Monolith Soft's epic, groundbreaking JRPG Xenoblade is blessed with an equally outstanding soundtrack, contributed by two veterans and some newcomers. Comprised of 91 tracks over four discs, the creative forces involved have spared no expense in providing this score all the depth, richness, and texture that fans nowadays demand of such ambitious projects.
The hauntingly gorgeous title track which opens the score, penned by Kingdom Hearts veteran Yoko Shimomura, provides an auspicious tone to what promises to be a grand adventure. (Perhaps coincidentally, the song will remind many of "Dearly Beloved" from Kingdom Hearts.) Highlighted by a wondrous-sounding piano motif and a violin solo, this massively rendered central theme (which also doubles as a love theme for protagonists Shulk and Fiora) milks every second of its nearly four-minute running time with dynamic range and with inspiring passion. This and Shimomura's other compositions only makes up about twelve percent of the soundtrack, but even so, they showcase the composer at her best. "Hometown" in particular is a standout, with its gentle background guitar and subdued tapping percussion providing a welcome contrast to the more bombastic "prologue" tracks which follow the main theme.
The real attention-grabber of the score is how each area is provided with a "daytime" and "nighttime" version of its chosen motif. This is noticeable beginning with "Hometown / Night", which cleverly reprises the theme heard in its predecessor at a slower tempo and with reduced orchestration. Following this approach for all the areas has a potential danger for tediousness, but Xenoblade steers around this problem by providing just enough variation to make the two arrangements of each stage stand out. "Colony 9", to give another example, has a thumping, percussive tempo in its daytime version, while its nighttime version isn't just a slower reprise, but is transposed by several octaves and performed in a style that recalls Hiroki Kikuta's guitar work for Secret of Mana.
The other famous name in the soundtrack is Yasunori Mitsuda, whose soundtracks for Chrono Trigger and Xenogears remain classics to this day. Here he contributes to one of the highlights of the soundtrack, the ending song "Beyond the Sky." Sarah Lim's soft, lyrical voice beautifully compliments the pop-style orchestration, rendering the sometimes awkward-sounding lyrics into something truly engaging. The piano-guitar-snare accompaniment is icing on the cake.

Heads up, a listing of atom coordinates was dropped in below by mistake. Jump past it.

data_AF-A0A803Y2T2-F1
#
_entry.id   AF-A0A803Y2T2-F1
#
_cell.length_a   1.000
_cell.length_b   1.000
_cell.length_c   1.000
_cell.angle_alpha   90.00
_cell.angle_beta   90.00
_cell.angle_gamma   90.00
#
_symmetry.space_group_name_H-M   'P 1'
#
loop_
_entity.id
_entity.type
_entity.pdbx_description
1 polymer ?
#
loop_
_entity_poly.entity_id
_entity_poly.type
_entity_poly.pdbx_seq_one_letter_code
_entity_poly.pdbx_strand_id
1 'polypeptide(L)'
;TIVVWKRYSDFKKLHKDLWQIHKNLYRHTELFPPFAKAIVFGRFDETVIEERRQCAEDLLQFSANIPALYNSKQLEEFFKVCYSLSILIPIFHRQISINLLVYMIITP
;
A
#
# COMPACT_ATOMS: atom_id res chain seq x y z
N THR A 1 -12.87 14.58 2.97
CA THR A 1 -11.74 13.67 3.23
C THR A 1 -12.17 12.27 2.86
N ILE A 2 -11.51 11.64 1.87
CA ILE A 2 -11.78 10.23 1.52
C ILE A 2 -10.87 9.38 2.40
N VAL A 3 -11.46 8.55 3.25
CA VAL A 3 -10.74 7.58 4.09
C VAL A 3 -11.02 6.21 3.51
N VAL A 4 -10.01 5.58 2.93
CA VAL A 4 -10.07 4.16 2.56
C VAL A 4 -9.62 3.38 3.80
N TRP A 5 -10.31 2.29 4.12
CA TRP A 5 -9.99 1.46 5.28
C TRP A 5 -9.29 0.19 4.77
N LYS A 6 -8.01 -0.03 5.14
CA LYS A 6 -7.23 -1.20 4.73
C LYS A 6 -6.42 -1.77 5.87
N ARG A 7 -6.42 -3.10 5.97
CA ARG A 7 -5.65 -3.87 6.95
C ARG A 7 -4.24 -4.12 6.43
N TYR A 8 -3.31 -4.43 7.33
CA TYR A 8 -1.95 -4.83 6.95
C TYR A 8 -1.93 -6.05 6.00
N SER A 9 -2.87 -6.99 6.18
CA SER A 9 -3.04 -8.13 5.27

As great as Shimomura and Mitsuda's efforts are, the compositions by Manami Kubota and ACE+ (Tomori Kudo, Chiko Yamanaka, and Kenji Hiramatsu), which make up the bulk of the soundtrack, are often the ones that really stick with you. Much of the credit for the area songs goes to these guys. With themes ranging from rousing ("Gaur Plain", "To The Final Battle"), to majestically grand ("Alcamoth"), to soft and soothing ("Valak Mountain", "Agni Ratha", "Eryth Sea"), to primitive ("Makna Woods" and "Frontier Village"), the spectrum is impressive, and even the interlude songs are no less creative.
The battle themes boast similar variety and style. With aggressive energy and a gritty edge, ACE+ tracks like "You Will Know Our Names", "Searching Glance", "Crisis", "Pursuit of the Enemy", and "Into the World of Zanza" all succeed in conveying danger, determination, and dread. Other tracks like "Engage the Enemy" and "Tragic Decision" have a more melancholy feel, while later bits like "Mechanical Rhythm" and "Irregular Bound" have wild electric guitar solos that sometimes border on dissonance but are fitting nonetheless. Kubota, while mostly responsible for event/cinema tracks and a few stages, gets her chance to display an aggressive edge with her two battle tracks, delivering a chanting chorus and throbbing electric guitar for "Zanza", and the more symphonic but no less powerful "God-Slaying Sword".
While listeners of game soundtracks may say that the "event" tracks are not generally the standouts of a JRPG score, Xenoblade strives to break that stereotype. One standout in particular is the thunderous "Awakening of Bionis" - with its choral chanting and organ-driven second half, this track is attention-grabbing and effective. Only in character themes is Xenoblade deficient, in number at least. Aside from the aforementioned "Shulk and Fiora", there is "Riki the Legendary Heropon", with its goofy-sounding melody and intentionally quirky instrumentation, and a dark, moody theme for Egil, which starts with grumbling bass instruments before delving into a sort of minimalistic style. It's one of the least engaging themes, but hardly a detriment.
All in all, the praise heaped among Xenoblade's score is well-deserved. It's hard exactly to say where in the ranks of great achievements in game music that Xenoblade stands, but it's easily up there. It's also a rarity to find a soundtrack album released for any Nintendo-published game, aside from the occasional "exclusive" from Club Nintendo, so it's pleasing to see Xenoblade receive the full treatment. With its mixture of young and old providing a breath of fresh air throughout, Xenoblade ranks not only as one of the best scores of 2010, but as a new contender among the best game soundtracks ever made.